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Tweet your way to success — in 160 characters or less!
It’s actually 140 if you’re including a shortened URL, but did you ever wonder where that figure came from? Why not two hundred or even three? Why just a mere 160?
Back in the 80’s, German researcher, Friedhelm Hildebrand, was one of the pioneers associated with the birth of texting. Sitting at his typewriter (yes, a typewriter) he continuously tapped out random sentences and questions finding them all to be near that specific number of characters, one-sixty.
Then he stated, “this is perfectly sufficient” and that figure was ultimately the basis for the limits initially set for texting, the current SMS amount and Twitter’s confine (in Twitter’s case it is 140, which is 160, minus the characters associated with hashtags and the @ of the recipient).
Twitter Analytics are somewhat similar to Friedhelm’s research, allowing the business user to closely examine the data, statistics and numbers that are associated with your tweets. Let’s take some advice from Mr. Hildebrand and do some research on our Twitter followers.
Launched in June of 2013, Twitter’s Analytic function is incorporated as a “dashboard” item that is accessed after logging into your account. Twitter advertises and categorizes this feature into three divisions:
- Activity – measuring the engagement of your followers
- Followers – finding the interest, location and demographics of your followers
- Cards – how they drive clicks, app installs and re-tweets
The last “card” concept is more closely associated with advertising. Since we’re all on a tight budget and being analytical, let’s dig deeper into the other two features and see how we can best utilize them to discover important data about our followers.
Be Pro-Active and Get Active
A Tweet’s activity was once measured largely on the number of retweets and favorites that it generated, but with the new analytical tool, you are given additional insight through impressions data.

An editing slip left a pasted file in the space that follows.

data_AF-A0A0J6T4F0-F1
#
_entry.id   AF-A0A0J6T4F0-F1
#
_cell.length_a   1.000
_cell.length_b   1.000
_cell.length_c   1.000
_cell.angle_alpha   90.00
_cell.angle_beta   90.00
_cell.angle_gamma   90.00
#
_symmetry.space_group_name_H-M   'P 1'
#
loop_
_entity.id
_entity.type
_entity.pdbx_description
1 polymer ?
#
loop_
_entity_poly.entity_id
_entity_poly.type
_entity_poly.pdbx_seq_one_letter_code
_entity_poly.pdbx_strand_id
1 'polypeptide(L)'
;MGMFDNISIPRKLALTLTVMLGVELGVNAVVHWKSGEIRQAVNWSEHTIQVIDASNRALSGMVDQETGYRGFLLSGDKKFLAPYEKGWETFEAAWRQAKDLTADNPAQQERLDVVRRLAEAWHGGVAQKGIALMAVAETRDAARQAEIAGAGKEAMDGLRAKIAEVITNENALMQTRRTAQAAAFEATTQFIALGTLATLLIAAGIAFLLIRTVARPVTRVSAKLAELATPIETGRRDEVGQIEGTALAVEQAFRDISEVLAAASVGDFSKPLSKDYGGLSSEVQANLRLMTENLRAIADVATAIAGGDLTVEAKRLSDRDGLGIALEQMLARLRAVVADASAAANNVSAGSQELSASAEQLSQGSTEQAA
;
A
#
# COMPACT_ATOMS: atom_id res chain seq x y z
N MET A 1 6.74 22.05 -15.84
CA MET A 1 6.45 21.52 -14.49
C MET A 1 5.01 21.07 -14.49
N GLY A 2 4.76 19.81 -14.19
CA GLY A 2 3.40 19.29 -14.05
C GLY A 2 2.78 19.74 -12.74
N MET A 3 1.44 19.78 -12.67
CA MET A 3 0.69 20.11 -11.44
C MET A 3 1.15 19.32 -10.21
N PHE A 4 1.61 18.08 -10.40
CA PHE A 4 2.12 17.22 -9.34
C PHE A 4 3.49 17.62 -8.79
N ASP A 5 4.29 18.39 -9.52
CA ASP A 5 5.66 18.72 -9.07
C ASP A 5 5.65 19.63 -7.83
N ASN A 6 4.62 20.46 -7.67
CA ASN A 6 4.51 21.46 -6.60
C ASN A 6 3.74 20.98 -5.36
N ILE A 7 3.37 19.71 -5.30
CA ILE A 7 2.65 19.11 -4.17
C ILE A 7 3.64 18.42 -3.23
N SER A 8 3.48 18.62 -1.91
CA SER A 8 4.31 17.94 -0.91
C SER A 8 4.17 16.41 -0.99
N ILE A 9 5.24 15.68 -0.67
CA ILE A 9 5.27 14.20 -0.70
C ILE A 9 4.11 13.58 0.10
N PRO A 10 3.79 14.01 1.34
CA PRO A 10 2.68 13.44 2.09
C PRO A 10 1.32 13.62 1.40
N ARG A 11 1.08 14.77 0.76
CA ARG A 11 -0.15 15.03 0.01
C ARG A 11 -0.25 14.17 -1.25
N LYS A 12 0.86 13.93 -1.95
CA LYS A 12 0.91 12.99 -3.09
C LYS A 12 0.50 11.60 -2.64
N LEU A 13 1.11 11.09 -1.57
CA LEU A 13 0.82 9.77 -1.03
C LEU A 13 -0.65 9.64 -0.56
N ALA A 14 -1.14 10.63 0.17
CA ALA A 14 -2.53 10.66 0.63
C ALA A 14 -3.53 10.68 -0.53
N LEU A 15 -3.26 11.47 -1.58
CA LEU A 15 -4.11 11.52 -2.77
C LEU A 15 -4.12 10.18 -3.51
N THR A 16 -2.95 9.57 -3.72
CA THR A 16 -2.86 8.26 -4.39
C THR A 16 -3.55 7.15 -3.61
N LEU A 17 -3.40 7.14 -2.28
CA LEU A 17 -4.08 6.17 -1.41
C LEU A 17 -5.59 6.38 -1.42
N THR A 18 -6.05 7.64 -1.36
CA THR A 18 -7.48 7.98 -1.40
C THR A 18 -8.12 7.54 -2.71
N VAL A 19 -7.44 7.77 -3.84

Viewing a month’s worth of Tweeting information inside the activity section, you can click onto a particular tweet and expand on how people are engaging with it. For example, with tweets containing links, you can see the location of those actual links and the same goes for hashtags.
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Who is following who, where and why?
The Twitter followers component gives you insight on who, where and why — your followers are — who they are. You can chart them with a number of different variables, such as identifying their interests and finding their location.
Utilizing the “Interests” section, you can enter into other subsections showing “Most Unique” and “Top” interests. This will show businesses the topics and areas that followers are most interested in, especially given a specific brand.
Also, when given the location of your followers and considering the global reach of both Twitter and the internet, this could give you a valid reason for expansion across your state, to the other side of the country or around the world, that you might not know even existed.
While you may only have a hundred and forty characters or less, you have an abundance of valuable information and data at your fingertips to get the most out of your Twitter followers.